By Harry Merrison, Investment Manager at Kingswood
The rise of green bonds coincides with increasing investor appetite to incorporate environmental, social and governance (ESG) factors in to their portfolios. With total assets linked to sustainable investment strategies now exceeding $30 trillion globally, it is unsurprising that non-equity asset classes are migrating from interesting niche to pioneering mainstay. In this commentary, we will examine green and social impact bonds, environmental swaps and green bond principles under the microscope.
Green Project Bond
Green Project Bond proceeds are used to fund environmentally friendly projects such as clean water infrastructure, renewable energy and pollution prevention and control. Increasingly popular with responsible private investors, charities and institutions the value of annual issuances has climbed from $2.6bn in 2012 to a predicted $200bn by the end of 2019.
Green Revenue Bonds
A Green Revenue Bond finances a specific income generating municipal project, such as a toll bridge. Generally, regarded as more risky due to the single revenue stream, the investor is compensated with a higher yield paid back over a longer term time horizon.
Green Securitised Bonds
Green Securitised Bonds are collaterised by one or more sustainable assets. Securitisation is the fastest growing product in green finance and the Organisation for Economic Co-operation and Development (OECD) has estimated that the issuance of green ABSs could reach $380bn annually by 2035.
Green Bond Principles
The Green Bond Principles (GBP), issued by the International Capital Market Association (ICMA), is a set of guidelines that recommends transparency and disclosure and promotes integrity for green bond issuance. There are four core components:
Use of proceeds
Process for Project Evaluation and Selection
Management of Proceeds
Investing in Green Bonds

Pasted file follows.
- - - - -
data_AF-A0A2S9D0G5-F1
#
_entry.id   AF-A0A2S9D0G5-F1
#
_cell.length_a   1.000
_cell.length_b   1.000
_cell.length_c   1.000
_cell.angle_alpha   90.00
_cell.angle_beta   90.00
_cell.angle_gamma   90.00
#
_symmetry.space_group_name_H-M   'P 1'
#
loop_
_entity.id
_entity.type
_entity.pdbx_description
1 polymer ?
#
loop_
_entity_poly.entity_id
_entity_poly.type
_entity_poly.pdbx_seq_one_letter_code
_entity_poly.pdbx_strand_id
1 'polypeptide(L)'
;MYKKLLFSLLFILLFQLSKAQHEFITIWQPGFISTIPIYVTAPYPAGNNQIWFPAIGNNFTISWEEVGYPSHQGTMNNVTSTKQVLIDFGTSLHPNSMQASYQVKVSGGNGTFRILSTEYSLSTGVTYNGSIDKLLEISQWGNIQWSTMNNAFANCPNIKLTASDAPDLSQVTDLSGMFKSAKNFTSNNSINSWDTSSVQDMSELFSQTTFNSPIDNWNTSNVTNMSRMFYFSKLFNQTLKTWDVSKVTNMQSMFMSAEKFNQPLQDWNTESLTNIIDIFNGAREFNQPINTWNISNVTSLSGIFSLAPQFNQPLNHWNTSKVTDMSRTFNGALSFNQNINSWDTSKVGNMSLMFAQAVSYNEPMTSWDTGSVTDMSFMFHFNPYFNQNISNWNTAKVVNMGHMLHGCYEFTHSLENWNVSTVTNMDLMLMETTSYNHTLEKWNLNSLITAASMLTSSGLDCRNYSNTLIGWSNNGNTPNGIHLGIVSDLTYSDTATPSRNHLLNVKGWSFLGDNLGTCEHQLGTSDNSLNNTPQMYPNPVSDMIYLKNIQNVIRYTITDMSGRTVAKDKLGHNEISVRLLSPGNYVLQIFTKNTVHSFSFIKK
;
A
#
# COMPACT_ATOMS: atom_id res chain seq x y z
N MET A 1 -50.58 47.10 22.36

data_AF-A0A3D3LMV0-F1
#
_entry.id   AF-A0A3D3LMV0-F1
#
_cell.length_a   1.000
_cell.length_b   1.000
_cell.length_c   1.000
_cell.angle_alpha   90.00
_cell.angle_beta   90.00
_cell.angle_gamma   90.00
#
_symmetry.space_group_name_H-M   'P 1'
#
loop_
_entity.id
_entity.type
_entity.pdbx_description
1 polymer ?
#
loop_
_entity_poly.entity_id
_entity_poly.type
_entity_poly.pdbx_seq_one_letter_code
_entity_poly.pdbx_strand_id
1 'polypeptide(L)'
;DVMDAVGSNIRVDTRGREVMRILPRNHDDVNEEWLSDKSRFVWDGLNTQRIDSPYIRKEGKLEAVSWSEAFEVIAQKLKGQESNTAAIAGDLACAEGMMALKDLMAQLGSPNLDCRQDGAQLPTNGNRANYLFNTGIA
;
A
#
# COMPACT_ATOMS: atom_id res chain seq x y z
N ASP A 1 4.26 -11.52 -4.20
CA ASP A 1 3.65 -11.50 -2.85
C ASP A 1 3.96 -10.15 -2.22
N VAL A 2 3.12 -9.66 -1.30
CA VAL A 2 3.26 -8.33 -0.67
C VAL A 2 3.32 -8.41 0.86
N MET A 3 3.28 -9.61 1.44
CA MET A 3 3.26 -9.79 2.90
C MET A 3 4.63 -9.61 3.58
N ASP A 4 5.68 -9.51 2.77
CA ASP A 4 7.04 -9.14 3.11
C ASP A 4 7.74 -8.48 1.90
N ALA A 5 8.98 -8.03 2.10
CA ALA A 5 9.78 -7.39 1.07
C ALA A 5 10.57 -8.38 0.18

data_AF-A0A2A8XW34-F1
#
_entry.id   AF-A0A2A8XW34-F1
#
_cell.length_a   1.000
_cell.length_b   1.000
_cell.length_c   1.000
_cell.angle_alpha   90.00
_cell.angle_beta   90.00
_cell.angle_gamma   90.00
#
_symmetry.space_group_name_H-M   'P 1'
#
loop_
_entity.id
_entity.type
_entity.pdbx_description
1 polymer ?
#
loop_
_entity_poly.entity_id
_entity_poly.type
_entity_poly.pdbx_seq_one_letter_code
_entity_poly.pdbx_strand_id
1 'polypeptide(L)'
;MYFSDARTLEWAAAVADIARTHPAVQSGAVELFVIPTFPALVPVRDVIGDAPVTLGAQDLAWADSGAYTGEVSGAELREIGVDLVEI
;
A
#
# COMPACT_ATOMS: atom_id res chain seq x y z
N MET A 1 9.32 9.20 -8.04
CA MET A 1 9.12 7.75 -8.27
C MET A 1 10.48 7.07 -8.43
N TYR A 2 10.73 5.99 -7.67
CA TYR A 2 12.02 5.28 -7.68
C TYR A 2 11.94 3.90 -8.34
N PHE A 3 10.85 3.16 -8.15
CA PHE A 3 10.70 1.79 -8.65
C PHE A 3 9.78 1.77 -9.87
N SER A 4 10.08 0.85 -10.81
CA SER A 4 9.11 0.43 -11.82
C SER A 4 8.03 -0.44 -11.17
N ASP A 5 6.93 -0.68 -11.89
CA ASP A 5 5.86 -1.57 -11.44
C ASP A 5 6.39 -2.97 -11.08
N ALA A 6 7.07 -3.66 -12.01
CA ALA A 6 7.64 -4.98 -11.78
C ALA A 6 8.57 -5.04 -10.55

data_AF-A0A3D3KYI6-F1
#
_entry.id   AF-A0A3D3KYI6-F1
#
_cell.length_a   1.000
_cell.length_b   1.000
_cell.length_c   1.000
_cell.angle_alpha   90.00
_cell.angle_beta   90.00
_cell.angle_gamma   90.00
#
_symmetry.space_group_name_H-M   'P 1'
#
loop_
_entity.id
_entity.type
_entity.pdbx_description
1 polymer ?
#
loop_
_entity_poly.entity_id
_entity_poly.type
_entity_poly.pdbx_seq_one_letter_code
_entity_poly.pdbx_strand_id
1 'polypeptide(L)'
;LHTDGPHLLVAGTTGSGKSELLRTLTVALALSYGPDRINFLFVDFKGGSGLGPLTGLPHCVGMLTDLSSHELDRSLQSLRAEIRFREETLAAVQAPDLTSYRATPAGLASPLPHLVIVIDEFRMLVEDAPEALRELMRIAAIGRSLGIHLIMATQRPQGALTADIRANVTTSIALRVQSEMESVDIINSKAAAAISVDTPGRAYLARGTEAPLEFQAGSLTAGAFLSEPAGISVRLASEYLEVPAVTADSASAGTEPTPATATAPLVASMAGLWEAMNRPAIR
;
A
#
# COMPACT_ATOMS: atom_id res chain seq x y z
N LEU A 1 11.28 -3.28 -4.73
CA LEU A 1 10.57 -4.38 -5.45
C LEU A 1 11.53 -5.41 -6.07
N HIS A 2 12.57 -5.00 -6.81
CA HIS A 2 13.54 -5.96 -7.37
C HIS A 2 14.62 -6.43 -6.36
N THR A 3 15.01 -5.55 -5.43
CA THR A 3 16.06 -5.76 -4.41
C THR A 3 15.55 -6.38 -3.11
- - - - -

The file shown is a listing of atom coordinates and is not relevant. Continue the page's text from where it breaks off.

Green bonds should not be considered niche – The European Investment Bank issued the first green bond in 2007. Since then the World Bank and numerous others have followed in their steps. There are numerous specialised funds managed by global powerhouses such as Blackrock, Axa and Allianz. Investors can quantify success against specialist green bond indices such as the S&P Green Bond index, a multi-currency benchmark that includes multilateral, government and corporate issuances. Though, not all success is quantifiable.
Social Impact Bonds
A Social Impact Bond (SIB) is a contract with a public sector or government authority with the objective of delivering tangibly enhanced social outcomes. Whilst ‘bond’ is in the title, this should not be confused with the conventional variety, as no income or principal will be received should objectives fail to be met. Consequently, SIBs should be considered quite a lot more risky than Green Bonds though would not be affected by reinvestment risk, market risk or interest rate risk.
The SIBs raison d’être can be mapped against the UN’s 17 Sustainable Development Goals (SDGs).
Environmental Swaps are financial transactions whereby indebted nations can ameliorate a portion of their debt in order to promote conservation. These are sometimes referred to as debt-for-nature swaps and have been in existence since the late 1980s.
The benefits are both moral as well as monetary as investors can earn 30% income tax relief on investments up to £1m at the same time as driving positive change and diversifying their portfolio. Returns are typically derived from government sponsored activities which also provides holders a level of protection. Liquidity risk is currently a drawback for some investors, though with the number of Green Bonds ballooning, liquidity is set to ease.
Finally, the definition of ‘green’ is clearly open to interpretation; the Green Bond Principles have sought to address this with some standard guidelines – nonetheless, always look under the bonnet to ensure the mandate aligns with your own morals.